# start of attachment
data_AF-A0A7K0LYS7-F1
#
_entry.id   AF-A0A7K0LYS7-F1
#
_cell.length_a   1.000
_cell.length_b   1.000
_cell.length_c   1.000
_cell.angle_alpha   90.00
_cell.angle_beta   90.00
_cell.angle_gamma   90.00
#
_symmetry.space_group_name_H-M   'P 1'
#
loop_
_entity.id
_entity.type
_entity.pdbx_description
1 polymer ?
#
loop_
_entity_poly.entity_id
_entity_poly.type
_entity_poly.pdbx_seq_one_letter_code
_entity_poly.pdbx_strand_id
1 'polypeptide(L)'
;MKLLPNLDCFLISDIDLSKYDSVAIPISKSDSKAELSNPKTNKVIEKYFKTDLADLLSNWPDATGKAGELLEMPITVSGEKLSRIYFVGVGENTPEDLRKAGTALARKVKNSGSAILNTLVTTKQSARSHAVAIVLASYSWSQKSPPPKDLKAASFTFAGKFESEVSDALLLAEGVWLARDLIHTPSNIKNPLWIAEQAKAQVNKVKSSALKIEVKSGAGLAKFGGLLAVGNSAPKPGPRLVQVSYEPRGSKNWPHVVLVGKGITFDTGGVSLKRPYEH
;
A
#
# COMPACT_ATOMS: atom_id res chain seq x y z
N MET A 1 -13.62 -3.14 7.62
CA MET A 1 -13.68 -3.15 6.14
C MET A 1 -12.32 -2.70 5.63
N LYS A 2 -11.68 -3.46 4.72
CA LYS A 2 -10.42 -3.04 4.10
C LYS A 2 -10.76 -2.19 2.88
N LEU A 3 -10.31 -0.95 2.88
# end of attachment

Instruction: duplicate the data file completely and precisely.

data_AF-A0A7K0LYS7-F1
#
_entry.id   AF-A0A7K0LYS7-F1
#
_cell.length_a   1.000
_cell.length_b   1.000
_cell.length_c   1.000
_cell.angle_alpha   90.00
_cell.angle_beta   90.00
_cell.angle_gamma   90.00
#
_symmetry.space_group_name_H-M   'P 1'
#
loop_
_entity.id
_entity.type
_entity.pdbx_description
1 polymer ?
#
loop_
_entity_poly.entity_id
_entity_poly.type
_entity_poly.pdbx_seq_one_letter_code
_entity_poly.pdbx_strand_id
1 'polypeptide(L)'
;MKLLPNLDCFLISDIDLSKYDSVAIPISKSDSKAELSNPKTNKVIEKYFKTDLADLLSNWPDATGKAGELLEMPITVSGEKLSRIYFVGVGENTPEDLRKAGTALARKVKNSGSAILNTLVTTKQSARSHAVAIVLASYSWSQKSPPPKDLKAASFTFAGKFESEVSDALLLAEGVWLARDLIHTPSNIKNPLWIAEQAKAQVNKVKSSALKIEVKSGAGLAKFGGLLAVGNSAPKPGPRLVQVSYEPRGSKNWPHVVLVGKGITFDTGGVSLKRPYEH
;
A
#
# COMPACT_ATOMS: atom_id res chain seq x y z
N MET A 1 -13.62 -3.14 7.62
CA MET A 1 -13.68 -3.15 6.14
C MET A 1 -12.32 -2.70 5.63
N LYS A 2 -11.68 -3.46 4.72
CA LYS A 2 -10.42 -3.04 4.10
C LYS A 2 -10.76 -2.19 2.88
N LEU A 3 -10.31 -0.95 2.88